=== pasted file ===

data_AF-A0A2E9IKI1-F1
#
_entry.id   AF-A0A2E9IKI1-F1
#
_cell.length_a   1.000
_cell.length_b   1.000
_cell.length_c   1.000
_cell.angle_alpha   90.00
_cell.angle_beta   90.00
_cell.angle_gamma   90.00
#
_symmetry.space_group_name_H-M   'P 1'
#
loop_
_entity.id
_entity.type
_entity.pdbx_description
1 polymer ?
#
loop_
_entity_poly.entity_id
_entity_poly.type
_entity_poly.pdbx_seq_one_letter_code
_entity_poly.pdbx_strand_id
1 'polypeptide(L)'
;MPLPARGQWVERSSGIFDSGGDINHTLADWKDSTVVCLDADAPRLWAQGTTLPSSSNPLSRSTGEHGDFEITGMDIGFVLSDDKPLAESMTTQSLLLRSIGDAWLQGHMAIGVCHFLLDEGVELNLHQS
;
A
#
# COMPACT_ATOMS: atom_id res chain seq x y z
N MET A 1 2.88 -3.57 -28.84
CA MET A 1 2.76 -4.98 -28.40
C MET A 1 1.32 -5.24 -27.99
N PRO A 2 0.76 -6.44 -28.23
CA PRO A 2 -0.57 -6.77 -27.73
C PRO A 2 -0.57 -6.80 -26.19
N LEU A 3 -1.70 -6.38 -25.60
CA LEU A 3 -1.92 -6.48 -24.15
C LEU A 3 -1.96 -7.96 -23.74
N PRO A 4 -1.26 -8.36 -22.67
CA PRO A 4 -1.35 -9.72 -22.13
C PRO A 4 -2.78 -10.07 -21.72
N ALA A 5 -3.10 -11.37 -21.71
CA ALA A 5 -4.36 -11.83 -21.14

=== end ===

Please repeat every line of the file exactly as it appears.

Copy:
data_AF-A0A2E9IKI1-F1
#
_entry.id   AF-A0A2E9IKI1-F1
#
_cell.length_a   1.000
_cell.length_b   1.000
_cell.length_c   1.000
_cell.angle_alpha   90.00
_cell.angle_beta   90.00
_cell.angle_gamma   90.00
#
_symmetry.space_group_name_H-M   'P 1'
#
loop_
_entity.id
_entity.type
_entity.pdbx_description
1 polymer ?
#
loop_
_entity_poly.entity_id
_entity_poly.type
_entity_poly.pdbx_seq_one_letter_code
_entity_poly.pdbx_strand_id
1 'polypeptide(L)'
;MPLPARGQWVERSSGIFDSGGDINHTLADWKDSTVVCLDADAPRLWAQGTTLPSSSNPLSRSTGEHGDFEITGMDIGFVLSDDKPLAESMTTQSLLLRSIGDAWLQGHMAIGVCHFLLDEGVELNLHQS
;
A
#
# COMPACT_ATOMS: atom_id res chain seq x y z
N MET A 1 2.88 -3.57 -28.84
CA MET A 1 2.76 -4.98 -28.40
C MET A 1 1.32 -5.24 -27.99
N PRO A 2 0.76 -6.44 -28.23
CA PRO A 2 -0.57 -6.77 -27.73
C PRO A 2 -0.57 -6.80 -26.19
N LEU A 3 -1.70 -6.38 -25.60
CA LEU A 3 -1.92 -6.48 -24.15
C LEU A 3 -1.96 -7.96 -23.74
N PRO A 4 -1.26 -8.36 -22.67
CA PRO A 4 -1.35 -9.72 -22.13
C PRO A 4 -2.78 -10.07 -21.72
N ALA A 5 -3.10 -11.37 -21.71
CA ALA A 5 -4.36 -11.83 -21.14